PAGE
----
Corn farmers are throwing another government-backed Hail Mary this year, planting more of the crop than in 2019 even though prices are near the bottom of a six-year slump. “They call it plant and pray,” said Al Kluis, a commodities broker in Wayzata. “What you want is a disaster in some other part of the Corn Belt or some other country.” Favorable weather in April helped most Minnesota farmers get corn in the ground faster than last year, when a wet spring kept them out of some fields until June and some cornfields were never planted. But despite all those...
  • Weekly Garden Thread - May 23-29, 2020

    05/23/2020 7:34:43 AM PDT · by Diana in Wisconsin · 123 replies
    May 23, 2020 | Diana in Wisconsin/Greeneyes
    The Weekly Gardening Thread is a weekly gathering of folks that love soil, seeds and plants of all kinds. From complete newbies that are looking to start that first potted plant, to gardeners with some acreage, to Master Gardener level and beyond, we would love to hear from you. If you have specific question about a plant/problem you are having, please remember to state the Growing Zone where you are located. This thread is non-political respite. No matter what, you won’t be flamed, and the only dumb question is the one that isn’t asked. It is impossible to hijack the...
  • Brewing beer may be an older craft than we realized in some places

    05/21/2020 7:06:24 PM PDT · by SunkenCiv · 19 replies
    Science News ^ | May 7, 2020 | Maria Temming
    Microscopic signatures of malting could help reveal which prehistoric people had a taste for beer. Ancient beer is difficult to trace, because many of beer’s chemical ingredients, like alcohol, don’t preserve well (SN: 9/28/04). But a new analysis of modern and ancient malted grain indicates that malting’s effects on grain cell structure can last millennia. This microscopic evidence could help fill in the archaeological record of beer consumption, providing insight into the social, ritual and dietary roles this drink played in prehistoric cultures, researchers report online May 7 in PLOS ONE. Malting, the first step in brewing beer, erodes cell...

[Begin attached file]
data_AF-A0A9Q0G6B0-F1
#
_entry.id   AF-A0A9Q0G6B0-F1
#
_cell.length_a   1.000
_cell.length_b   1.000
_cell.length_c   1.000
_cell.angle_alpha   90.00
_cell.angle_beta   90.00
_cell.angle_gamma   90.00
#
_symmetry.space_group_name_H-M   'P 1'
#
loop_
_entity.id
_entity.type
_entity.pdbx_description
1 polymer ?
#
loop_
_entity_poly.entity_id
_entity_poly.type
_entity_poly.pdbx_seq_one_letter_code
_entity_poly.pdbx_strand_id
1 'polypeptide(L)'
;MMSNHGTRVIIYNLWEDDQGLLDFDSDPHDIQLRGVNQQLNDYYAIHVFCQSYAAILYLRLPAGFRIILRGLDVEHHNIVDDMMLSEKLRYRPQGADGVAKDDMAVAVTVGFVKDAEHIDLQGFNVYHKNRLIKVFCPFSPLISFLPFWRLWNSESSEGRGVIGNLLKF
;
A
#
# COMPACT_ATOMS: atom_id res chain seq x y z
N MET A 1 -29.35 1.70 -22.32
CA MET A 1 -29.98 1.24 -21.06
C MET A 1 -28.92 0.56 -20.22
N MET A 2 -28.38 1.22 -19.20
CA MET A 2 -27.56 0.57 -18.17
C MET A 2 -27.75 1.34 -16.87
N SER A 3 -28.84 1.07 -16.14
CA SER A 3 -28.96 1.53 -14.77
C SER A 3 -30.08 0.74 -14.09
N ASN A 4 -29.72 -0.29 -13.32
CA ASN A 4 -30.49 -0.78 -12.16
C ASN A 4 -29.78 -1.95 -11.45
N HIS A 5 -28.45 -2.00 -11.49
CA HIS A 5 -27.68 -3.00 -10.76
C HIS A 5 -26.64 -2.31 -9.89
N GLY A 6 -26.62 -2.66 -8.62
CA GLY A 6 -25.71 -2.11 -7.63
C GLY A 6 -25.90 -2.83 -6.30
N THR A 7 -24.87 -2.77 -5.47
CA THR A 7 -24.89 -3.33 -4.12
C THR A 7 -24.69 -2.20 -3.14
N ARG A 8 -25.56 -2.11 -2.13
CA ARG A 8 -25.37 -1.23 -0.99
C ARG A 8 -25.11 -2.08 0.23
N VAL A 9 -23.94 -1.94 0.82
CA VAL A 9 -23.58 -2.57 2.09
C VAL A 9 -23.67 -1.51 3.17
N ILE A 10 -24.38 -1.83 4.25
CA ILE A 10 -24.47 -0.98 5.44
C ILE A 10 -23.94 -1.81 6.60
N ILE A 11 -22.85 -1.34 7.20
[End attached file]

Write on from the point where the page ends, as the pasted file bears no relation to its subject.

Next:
• Gardening Essentials - Peat Moss

    05/21/2020 11:51:33 AM PDT · by orsonwb · 20 replies
    The How Do Gardener ^ | May 8, 2020 | The How Do Gardener
    Peat Moss. Learn what it is, why it is used in gardening, and if it is sustainable...WATCH THE VIDEO
  • Long Frozen DNA Shows How Humans Made Horses Faster - and

    04/28/2017 4:23:08 PM PDT · by SteveH · 58 replies
    The WaPo ^ | April 27 2017 | Ben Guarino
    At some point in the past two millennia — peanuts on an evolutionary time scale — humans transformed their horses into equine speed demons. Selective breeding had a price, though, beyond $30,000 vials of pedigreed racehorse sperm. Unhelpful mutations plagued the animals. The current population of domesticated horses is about 55 million, but at some point in their history, their genetic diversity crashed. The Y chromosomes of all the world's stallions are now quite similar, suggesting that only a relatively few males were the ancestors of today's horses. Humans have not always bred so selectively, according to a study published...